Maternal Emotional Support Following the Disclosure of Child Sexual Abuse: A Qualitative Study

Maternal Emotional Support Following the Disclosure of Child Sexual Abuse: A Qualitative Study

Maternal Emotional Support Following the Disclosure of Child Sexual Abuse: A Qualitative Study

Maternal Emotional Support Following the Disclosure of Child Sexual Abuse: A Qualitative Studys

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Référence bibliographique [20809]

Journal of Child Sexual Abuse, vol. 28, no 3, p. 259-279.

Fiche synthèse

1. Objectifs


Intentions :
«The primary objective of the current study is to better understand how mothers experience and provide emotional support to their children following the disclosure of CSA [child sexual abuse].» (p. 263)

Questions/Hypothèses :
The question that guided the authors is: «How do mothers subjectively experience providing emotional support to their child following the disclosure of CSA?» (p. 263)

2. Méthode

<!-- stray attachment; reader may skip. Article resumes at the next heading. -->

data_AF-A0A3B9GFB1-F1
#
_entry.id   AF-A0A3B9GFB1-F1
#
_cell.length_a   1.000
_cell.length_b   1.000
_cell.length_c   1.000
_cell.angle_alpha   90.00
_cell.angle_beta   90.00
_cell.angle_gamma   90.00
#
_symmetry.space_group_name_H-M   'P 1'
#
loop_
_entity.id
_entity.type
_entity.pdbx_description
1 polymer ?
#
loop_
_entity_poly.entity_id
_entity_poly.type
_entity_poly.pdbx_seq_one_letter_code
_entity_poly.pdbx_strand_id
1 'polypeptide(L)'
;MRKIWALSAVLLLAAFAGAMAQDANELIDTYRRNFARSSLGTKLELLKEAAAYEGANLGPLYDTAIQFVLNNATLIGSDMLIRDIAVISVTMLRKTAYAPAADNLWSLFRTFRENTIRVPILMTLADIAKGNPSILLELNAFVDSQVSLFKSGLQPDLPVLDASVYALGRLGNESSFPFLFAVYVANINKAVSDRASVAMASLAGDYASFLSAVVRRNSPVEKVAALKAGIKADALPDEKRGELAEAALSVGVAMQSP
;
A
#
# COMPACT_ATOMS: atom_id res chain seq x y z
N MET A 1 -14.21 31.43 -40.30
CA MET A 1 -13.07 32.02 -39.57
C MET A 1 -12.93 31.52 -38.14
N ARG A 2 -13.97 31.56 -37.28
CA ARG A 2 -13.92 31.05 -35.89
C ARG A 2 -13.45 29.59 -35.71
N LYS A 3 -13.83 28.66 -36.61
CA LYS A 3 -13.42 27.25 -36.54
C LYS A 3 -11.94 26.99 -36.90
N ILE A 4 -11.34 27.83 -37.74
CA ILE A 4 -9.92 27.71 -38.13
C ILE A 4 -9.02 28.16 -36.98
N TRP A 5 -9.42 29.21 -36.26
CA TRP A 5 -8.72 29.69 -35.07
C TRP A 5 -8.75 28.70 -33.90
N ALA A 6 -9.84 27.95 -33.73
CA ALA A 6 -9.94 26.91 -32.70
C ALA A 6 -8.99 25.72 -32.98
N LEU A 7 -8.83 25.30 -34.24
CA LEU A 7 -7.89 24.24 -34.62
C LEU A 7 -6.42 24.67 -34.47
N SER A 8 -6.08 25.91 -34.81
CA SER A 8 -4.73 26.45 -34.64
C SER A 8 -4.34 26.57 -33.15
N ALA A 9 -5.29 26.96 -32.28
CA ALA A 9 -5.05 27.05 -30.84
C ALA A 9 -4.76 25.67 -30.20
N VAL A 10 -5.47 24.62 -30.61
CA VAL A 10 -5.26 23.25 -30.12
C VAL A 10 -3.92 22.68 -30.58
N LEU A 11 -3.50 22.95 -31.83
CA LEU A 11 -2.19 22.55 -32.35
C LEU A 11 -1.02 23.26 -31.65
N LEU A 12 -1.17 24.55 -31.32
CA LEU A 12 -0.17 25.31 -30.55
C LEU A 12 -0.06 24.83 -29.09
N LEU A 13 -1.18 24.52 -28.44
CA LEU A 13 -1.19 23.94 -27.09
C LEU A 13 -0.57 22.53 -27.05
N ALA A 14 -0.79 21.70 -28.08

Échantillon/Matériau :
L’échantillon est composé de 22 mères recrutées au Centre d’expertise Marie-Vincent à Montréal. «Approximately half of the mothers (54.4%) reported having experienced CSA. Mothers declared a total of 30 sexually abused children. Children’s ages ranged between 4 and 14 years, with an average of 7.6 years […], during the period when the CSA occurred […].» (p. 264)

Instruments :
Guide d’entretien semi-directif

Type de traitement des données :
Analyse de contenu

3. Résumé


Results show that «[m]others who participated in the study were interviewed at least 1 year after their child’s disclosure, which allowed them to gain some distance from and perspective on their experience. Additionally, all mothers were interviewed after having participated in conjoint therapy with their child addressing the impact of CSA on their lives. This context provided researchers with access to a new perspective on […] emotional support than has previously been explored in the literature. First, mothers reported going through a learning process when attempting to respond to their child’s new emotional needs. Second, mothers described their emotional support as comprising of three main functional strategies which aimed to assist children in their post-disclosure recovery process: […] elaborating on emotional reactions to CSA, […] soothing child’s distress in relation to the disclosure, and […] orienting the child’s healing process by finding a balance in structure and autonomy in the child’s environment. Each of these functional groups is made up of three different types of strategic methods: […] verbal, […] attitudinal, and […] behavioral.» (p. 271)